Three years ago, Gary Peake had given up on life. He was living with PTSD after being medically discharged from the armed forces and was struggling to find a job. But after being introduced to the charity Help for Heroes, he was encouraged to join the Invictus Games Choir. This, he says, changed his life – and he now works as a mental health first aid (MHFA) trainer for Trentham-based Acacia Training.
Last week, Gary, 58, recorded a charity single alongside Jon Bon Jovi to honour military veterans, which he describes as one of the greatest moments of his life. His own journey to recovery is what inspired Gary to become a MHFA trainer, so that he could help others in distress.
He says: “Finding a purpose to help other people overcome depression, anxiety and PTSD played a huge part in my recovery path and to be able to talk openly about mental health and illness has been phenomenal.”
Gary, from Newcastle-under-Lyme, left the armed forces in 2015, after a 31-year career as a military parachutist and team medic. His experience with PTSD and struggle to find employment left him feeling hopeless and suicidal.
He says: “I phoned a friend and they got in touch with Help for Heroes who looked after me and got me into the Invictus Games Choir. I couldn’t sing a note but the choir became a major part of my recovery. It grounds you and gives you camaraderie and support. All of my problems just evaporate when I’m singing.”
The Invictus Games Choir supports the recovery of wounded, injured and sick military veterans and serving personnel through music. Last week the choir went to the famous Abbey Road Studios in London to re-record Bon Jovi’s single Unbroken alongside the singer to honour military veterans living with PTSD.
Prince Harry also took part in the recording and the proceeds will go to the Invictus Games Foundation, which oversees the adaptive multi-sport event founded by Harry.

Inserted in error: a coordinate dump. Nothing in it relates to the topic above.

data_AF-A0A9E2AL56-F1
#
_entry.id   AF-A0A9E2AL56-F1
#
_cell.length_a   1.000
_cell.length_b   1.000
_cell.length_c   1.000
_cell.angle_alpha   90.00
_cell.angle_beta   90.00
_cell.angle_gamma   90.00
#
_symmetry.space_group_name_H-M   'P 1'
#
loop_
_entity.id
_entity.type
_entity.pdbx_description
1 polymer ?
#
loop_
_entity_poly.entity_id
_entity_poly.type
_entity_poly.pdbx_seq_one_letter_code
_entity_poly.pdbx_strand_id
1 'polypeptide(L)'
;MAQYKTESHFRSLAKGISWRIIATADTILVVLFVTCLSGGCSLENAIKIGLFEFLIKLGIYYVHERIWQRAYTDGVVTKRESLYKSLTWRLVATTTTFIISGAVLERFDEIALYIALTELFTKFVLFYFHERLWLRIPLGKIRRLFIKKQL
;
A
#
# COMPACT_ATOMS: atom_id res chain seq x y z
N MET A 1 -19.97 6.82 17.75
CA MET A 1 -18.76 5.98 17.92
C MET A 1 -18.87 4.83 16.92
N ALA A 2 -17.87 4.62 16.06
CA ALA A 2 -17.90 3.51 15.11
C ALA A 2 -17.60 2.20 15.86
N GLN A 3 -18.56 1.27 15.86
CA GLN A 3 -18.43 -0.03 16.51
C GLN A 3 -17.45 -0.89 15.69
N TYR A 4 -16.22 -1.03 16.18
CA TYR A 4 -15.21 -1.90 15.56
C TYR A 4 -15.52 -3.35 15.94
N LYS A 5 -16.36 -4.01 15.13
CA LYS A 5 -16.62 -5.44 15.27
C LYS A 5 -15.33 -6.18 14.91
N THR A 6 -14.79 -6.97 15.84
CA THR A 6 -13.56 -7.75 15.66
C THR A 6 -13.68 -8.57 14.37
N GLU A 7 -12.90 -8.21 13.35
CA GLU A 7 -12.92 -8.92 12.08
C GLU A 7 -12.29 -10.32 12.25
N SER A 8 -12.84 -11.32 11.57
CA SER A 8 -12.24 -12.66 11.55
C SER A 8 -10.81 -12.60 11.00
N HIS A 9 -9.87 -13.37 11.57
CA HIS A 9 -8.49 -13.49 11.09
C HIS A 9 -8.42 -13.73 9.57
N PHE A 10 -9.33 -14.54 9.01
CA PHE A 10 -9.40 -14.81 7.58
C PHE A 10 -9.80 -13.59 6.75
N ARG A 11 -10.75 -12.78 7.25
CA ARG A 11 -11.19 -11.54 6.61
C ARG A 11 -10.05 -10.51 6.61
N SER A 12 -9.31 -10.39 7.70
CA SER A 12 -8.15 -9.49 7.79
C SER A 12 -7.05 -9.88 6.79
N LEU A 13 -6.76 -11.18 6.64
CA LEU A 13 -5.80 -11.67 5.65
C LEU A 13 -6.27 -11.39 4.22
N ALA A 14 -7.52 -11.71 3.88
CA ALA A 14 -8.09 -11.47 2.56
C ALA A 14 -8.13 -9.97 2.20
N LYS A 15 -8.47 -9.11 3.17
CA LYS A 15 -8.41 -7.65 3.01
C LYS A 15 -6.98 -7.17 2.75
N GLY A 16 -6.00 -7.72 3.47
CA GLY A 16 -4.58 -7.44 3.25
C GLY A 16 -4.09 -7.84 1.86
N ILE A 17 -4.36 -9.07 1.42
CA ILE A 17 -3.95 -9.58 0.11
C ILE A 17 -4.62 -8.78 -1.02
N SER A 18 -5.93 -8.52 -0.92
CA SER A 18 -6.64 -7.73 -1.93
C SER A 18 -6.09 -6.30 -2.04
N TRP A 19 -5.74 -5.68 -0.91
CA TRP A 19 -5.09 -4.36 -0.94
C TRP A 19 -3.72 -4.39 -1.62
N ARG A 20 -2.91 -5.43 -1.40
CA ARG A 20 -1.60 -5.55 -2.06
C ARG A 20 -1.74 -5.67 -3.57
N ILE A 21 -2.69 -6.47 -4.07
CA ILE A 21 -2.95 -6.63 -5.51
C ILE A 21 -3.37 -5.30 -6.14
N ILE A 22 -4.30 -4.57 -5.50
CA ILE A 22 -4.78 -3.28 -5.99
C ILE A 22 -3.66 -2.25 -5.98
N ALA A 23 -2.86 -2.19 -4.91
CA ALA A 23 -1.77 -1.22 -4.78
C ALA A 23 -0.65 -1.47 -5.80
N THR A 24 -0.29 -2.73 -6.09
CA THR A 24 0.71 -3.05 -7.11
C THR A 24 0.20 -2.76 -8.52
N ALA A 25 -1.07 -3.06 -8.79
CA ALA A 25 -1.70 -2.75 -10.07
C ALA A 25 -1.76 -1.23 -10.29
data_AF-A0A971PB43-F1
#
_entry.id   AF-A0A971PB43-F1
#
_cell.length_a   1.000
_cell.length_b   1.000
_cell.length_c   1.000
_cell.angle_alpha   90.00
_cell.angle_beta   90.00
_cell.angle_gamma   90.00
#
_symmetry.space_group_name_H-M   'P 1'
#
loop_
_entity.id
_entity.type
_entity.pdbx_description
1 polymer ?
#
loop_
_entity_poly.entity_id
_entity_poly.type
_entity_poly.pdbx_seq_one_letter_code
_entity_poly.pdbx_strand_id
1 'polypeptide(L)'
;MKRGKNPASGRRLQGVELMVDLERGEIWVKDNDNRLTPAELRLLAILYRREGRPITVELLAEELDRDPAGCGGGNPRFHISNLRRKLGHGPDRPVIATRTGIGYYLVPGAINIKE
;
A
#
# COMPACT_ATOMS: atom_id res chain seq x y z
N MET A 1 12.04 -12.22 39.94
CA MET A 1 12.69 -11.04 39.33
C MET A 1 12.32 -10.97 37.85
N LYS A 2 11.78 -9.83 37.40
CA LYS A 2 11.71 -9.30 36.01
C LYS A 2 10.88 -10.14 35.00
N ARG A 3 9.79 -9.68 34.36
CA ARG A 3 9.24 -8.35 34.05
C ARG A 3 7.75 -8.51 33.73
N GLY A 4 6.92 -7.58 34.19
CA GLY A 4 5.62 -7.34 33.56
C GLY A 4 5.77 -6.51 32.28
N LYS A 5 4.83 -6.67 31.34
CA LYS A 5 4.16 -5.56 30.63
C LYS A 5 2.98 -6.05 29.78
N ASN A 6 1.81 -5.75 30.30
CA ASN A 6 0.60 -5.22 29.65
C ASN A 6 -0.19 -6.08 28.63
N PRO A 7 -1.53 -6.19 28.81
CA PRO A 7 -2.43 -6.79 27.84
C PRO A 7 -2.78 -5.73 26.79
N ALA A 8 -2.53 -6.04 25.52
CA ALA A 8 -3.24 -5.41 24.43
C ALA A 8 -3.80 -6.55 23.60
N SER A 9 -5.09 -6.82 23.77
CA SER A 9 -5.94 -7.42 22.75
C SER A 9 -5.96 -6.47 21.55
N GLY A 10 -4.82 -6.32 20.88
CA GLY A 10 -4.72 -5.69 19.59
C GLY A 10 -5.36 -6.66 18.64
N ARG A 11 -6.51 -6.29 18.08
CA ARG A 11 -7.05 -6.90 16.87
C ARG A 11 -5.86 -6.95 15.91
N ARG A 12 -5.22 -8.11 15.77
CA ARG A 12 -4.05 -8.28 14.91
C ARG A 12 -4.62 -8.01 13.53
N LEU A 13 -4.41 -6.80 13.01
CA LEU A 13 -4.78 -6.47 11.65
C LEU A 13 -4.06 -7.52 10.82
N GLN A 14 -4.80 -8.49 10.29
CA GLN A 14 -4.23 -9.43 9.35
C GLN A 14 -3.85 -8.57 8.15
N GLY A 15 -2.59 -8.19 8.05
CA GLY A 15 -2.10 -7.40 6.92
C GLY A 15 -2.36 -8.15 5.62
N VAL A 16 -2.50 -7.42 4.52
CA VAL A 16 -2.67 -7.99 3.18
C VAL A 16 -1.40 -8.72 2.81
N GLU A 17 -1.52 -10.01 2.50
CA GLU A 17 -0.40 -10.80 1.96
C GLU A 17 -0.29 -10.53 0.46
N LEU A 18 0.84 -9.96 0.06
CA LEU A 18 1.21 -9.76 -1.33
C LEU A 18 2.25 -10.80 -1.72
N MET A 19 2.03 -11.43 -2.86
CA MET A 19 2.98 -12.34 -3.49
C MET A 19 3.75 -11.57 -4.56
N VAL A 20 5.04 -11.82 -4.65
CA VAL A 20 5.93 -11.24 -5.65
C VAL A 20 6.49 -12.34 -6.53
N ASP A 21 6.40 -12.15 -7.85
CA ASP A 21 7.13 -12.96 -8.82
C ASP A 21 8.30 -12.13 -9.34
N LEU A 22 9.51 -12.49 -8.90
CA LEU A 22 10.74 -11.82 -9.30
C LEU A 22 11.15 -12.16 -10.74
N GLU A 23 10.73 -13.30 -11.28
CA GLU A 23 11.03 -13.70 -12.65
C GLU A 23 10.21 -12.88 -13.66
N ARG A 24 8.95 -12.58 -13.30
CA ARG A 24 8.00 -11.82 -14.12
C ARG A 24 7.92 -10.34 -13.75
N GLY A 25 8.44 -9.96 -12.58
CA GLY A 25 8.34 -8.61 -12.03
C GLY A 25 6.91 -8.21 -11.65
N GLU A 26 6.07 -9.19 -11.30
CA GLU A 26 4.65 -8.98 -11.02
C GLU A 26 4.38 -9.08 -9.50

Gary says: “It was such a proud moment to sing with Jon Bon Jovi. I’m a huge fan and I’ve been singing his songs for years. He was so kind and spent time talking to us all, telling us why he wanted to record the single and what it meant to him. We thought we were only going to record a chorus but we ended up working with him for 18 hours, recording and mixing. For me the choir has been my pathway to recovery and this experience really made that journey, all that struggle, worthwhile.”Another major part of Gary’s recovery was joining Acacia Training, which provides apprenticeships, short courses and government funded qualifications in a wide range of sectors. Gary now delivers MHFA training across the UK and has trained more than 1,200 people in the last two years.
The MHFA training is a two-day course which gives participants a deeper understanding of the issues that affect people’s mental health and teaches them practical skills that can be used every day, including how to spot symptoms, assessing the risk of self-harm, confidentiality and the best way to offer support. Clients include private sector companies, youth groups, charities, the armed forces, schools and colleges.
Gary says: “Prevention is always better than cure and it’s fantastic to see more and more major UK companies realising the importance of wellbeing at work and signing their employees up to MHFA training courses. I’ve had such positive feedback from people who have done the course and told me that they found it life-changing.”
Last year Gary won a Mental Health Star award at the Thrive Mental Health Commission Awards. He says: “The message is to never give up, there is a recovery pathway for everyone. The sooner we can help people in mental health distress the quicker we can get them on the road to recovery.”
Acacia Training is running Adult MHFA courses on 30/31 March and 27/28 April and Youth MHFA on 16/17 March. For more information, visit acaciatraining.co.uk.